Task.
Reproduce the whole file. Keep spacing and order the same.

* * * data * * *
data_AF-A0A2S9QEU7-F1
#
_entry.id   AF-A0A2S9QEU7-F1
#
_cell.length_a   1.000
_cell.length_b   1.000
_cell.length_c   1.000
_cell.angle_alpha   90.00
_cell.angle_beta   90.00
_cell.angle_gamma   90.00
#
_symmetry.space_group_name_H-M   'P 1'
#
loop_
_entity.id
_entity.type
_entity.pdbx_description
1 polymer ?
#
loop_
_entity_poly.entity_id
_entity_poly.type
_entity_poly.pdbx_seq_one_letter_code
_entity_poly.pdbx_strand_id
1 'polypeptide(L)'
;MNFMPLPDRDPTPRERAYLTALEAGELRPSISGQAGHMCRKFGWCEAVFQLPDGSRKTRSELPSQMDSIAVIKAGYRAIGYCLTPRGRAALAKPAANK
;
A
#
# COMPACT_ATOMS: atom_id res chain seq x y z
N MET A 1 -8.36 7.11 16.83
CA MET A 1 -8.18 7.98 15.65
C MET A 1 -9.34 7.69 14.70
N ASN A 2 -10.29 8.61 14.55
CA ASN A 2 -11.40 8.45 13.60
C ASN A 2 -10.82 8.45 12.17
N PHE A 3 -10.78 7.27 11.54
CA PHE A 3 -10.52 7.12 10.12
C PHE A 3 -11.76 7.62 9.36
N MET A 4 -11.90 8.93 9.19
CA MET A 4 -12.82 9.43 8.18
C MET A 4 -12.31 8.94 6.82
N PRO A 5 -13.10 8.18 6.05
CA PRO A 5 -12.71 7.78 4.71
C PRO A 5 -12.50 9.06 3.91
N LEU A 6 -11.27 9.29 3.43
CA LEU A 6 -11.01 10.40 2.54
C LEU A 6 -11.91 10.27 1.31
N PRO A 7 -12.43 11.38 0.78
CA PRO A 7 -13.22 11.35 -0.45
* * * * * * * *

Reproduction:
data_AF-A0A2S9QEU7-F1
#
_entry.id   AF-A0A2S9QEU7-F1
#
_cell.length_a   1.000
_cell.length_b   1.000
_cell.length_c   1.000
_cell.angle_alpha   90.00
_cell.angle_beta   90.00
_cell.angle_gamma   90.00
#
_symmetry.space_group_name_H-M   'P 1'
#
loop_
_entity.id
_entity.type
_entity.pdbx_description
1 polymer ?
#
loop_
_entity_poly.entity_id
_entity_poly.type
_entity_poly.pdbx_seq_one_letter_code
_entity_poly.pdbx_strand_id
1 'polypeptide(L)'
;MNFMPLPDRDPTPRERAYLTALEAGELRPSISGQAGHMCRKFGWCEAVFQLPDGSRKTRSELPSQMDSIAVIKAGYRAIGYCLTPRGRAALAKPAANK
;
A
#
# COMPACT_ATOMS: atom_id res chain seq x y z
N MET A 1 -8.36 7.11 16.83
CA MET A 1 -8.18 7.98 15.65
C MET A 1 -9.34 7.69 14.70
N ASN A 2 -10.29 8.61 14.55
CA ASN A 2 -11.40 8.45 13.60
C ASN A 2 -10.82 8.45 12.17
N PHE A 3 -10.78 7.27 11.54
CA PHE A 3 -10.52 7.12 10.12
C PHE A 3 -11.76 7.62 9.36
N MET A 4 -11.90 8.93 9.19
CA MET A 4 -12.82 9.43 8.18
C MET A 4 -12.31 8.94 6.82
N PRO A 5 -13.10 8.18 6.05
CA PRO A 5 -12.71 7.78 4.71
C PRO A 5 -12.50 9.06 3.91
N LEU A 6 -11.27 9.29 3.43
CA LEU A 6 -11.01 10.40 2.54
C LEU A 6 -11.91 10.27 1.31
N PRO A 7 -12.43 11.38 0.78
CA PRO A 7 -13.22 11.35 -0.45